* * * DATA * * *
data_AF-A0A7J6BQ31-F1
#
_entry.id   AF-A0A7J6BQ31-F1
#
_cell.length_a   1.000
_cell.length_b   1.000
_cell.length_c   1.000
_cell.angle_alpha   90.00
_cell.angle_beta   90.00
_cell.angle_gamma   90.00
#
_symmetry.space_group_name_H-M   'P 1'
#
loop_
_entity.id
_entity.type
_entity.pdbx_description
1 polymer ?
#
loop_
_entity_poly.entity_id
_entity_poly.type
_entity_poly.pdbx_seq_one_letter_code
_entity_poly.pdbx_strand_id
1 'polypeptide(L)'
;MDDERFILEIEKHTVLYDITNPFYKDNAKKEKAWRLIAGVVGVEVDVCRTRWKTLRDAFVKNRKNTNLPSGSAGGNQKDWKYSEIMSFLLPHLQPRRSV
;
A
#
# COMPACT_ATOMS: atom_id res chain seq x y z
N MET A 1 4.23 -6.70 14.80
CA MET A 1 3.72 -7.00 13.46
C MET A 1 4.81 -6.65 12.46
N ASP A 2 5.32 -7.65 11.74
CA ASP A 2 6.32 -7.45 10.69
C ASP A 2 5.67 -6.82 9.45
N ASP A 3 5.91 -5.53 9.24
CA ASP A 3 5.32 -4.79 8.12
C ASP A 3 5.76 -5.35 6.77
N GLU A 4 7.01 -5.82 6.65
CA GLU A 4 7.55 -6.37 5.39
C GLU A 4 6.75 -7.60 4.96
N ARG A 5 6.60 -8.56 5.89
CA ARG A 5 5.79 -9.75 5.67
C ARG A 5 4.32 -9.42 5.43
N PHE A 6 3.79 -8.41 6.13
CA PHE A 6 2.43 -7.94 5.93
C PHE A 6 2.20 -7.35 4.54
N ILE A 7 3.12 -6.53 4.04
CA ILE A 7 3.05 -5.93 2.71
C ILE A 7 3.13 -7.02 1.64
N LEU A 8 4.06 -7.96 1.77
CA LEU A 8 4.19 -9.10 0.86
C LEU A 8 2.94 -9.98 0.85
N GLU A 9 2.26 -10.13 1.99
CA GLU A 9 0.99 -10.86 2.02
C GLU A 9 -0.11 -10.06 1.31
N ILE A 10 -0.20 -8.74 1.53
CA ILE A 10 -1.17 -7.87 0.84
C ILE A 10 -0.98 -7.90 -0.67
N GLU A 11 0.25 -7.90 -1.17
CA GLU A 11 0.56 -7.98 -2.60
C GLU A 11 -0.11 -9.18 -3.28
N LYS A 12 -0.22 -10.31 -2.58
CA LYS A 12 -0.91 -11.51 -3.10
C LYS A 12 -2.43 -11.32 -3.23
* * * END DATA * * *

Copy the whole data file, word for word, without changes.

data_AF-A0A7J6BQ31-F1
#
_entry.id   AF-A0A7J6BQ31-F1
#
_cell.length_a   1.000
_cell.length_b   1.000
_cell.length_c   1.000
_cell.angle_alpha   90.00
_cell.angle_beta   90.00
_cell.angle_gamma   90.00
#
_symmetry.space_group_name_H-M   'P 1'
#
loop_
_entity.id
_entity.type
_entity.pdbx_description
1 polymer ?
#
loop_
_entity_poly.entity_id
_entity_poly.type
_entity_poly.pdbx_seq_one_letter_code
_entity_poly.pdbx_strand_id
1 'polypeptide(L)'
;MDDERFILEIEKHTVLYDITNPFYKDNAKKEKAWRLIAGVVGVEVDVCRTRWKTLRDAFVKNRKNTNLPSGSAGGNQKDWKYSEIMSFLLPHLQPRRSV
;
A
#
# COMPACT_ATOMS: atom_id res chain seq x y z
N MET A 1 4.23 -6.70 14.80
CA MET A 1 3.72 -7.00 13.46
C MET A 1 4.81 -6.65 12.46
N ASP A 2 5.32 -7.65 11.74
CA ASP A 2 6.32 -7.45 10.69
C ASP A 2 5.67 -6.82 9.45
N ASP A 3 5.91 -5.53 9.24
CA ASP A 3 5.32 -4.79 8.12
C ASP A 3 5.76 -5.35 6.77
N GLU A 4 7.01 -5.82 6.65
CA GLU A 4 7.55 -6.37 5.39
C GLU A 4 6.75 -7.60 4.96
N ARG A 5 6.60 -8.56 5.89
CA ARG A 5 5.79 -9.75 5.67
C ARG A 5 4.32 -9.42 5.43
N PHE A 6 3.79 -8.41 6.13
CA PHE A 6 2.43 -7.94 5.93
C PHE A 6 2.20 -7.35 4.54
N ILE A 7 3.12 -6.53 4.04
CA ILE A 7 3.05 -5.93 2.71
C ILE A 7 3.13 -7.02 1.64
N LEU A 8 4.06 -7.96 1.77
CA LEU A 8 4.19 -9.10 0.86
C LEU A 8 2.94 -9.98 0.85
N GLU A 9 2.26 -10.13 1.99
CA GLU A 9 0.99 -10.86 2.02
C GLU A 9 -0.11 -10.06 1.31
N ILE A 10 -0.20 -8.74 1.53
CA ILE A 10 -1.17 -7.87 0.84
C ILE A 10 -0.98 -7.90 -0.67
N GLU A 11 0.25 -7.90 -1.17
CA GLU A 11 0.56 -7.98 -2.60
C GLU A 11 -0.11 -9.18 -3.28
N LYS A 12 -0.22 -10.31 -2.58
CA LYS A 12 -0.91 -11.51 -3.10
C LYS A 12 -2.43 -11.32 -3.23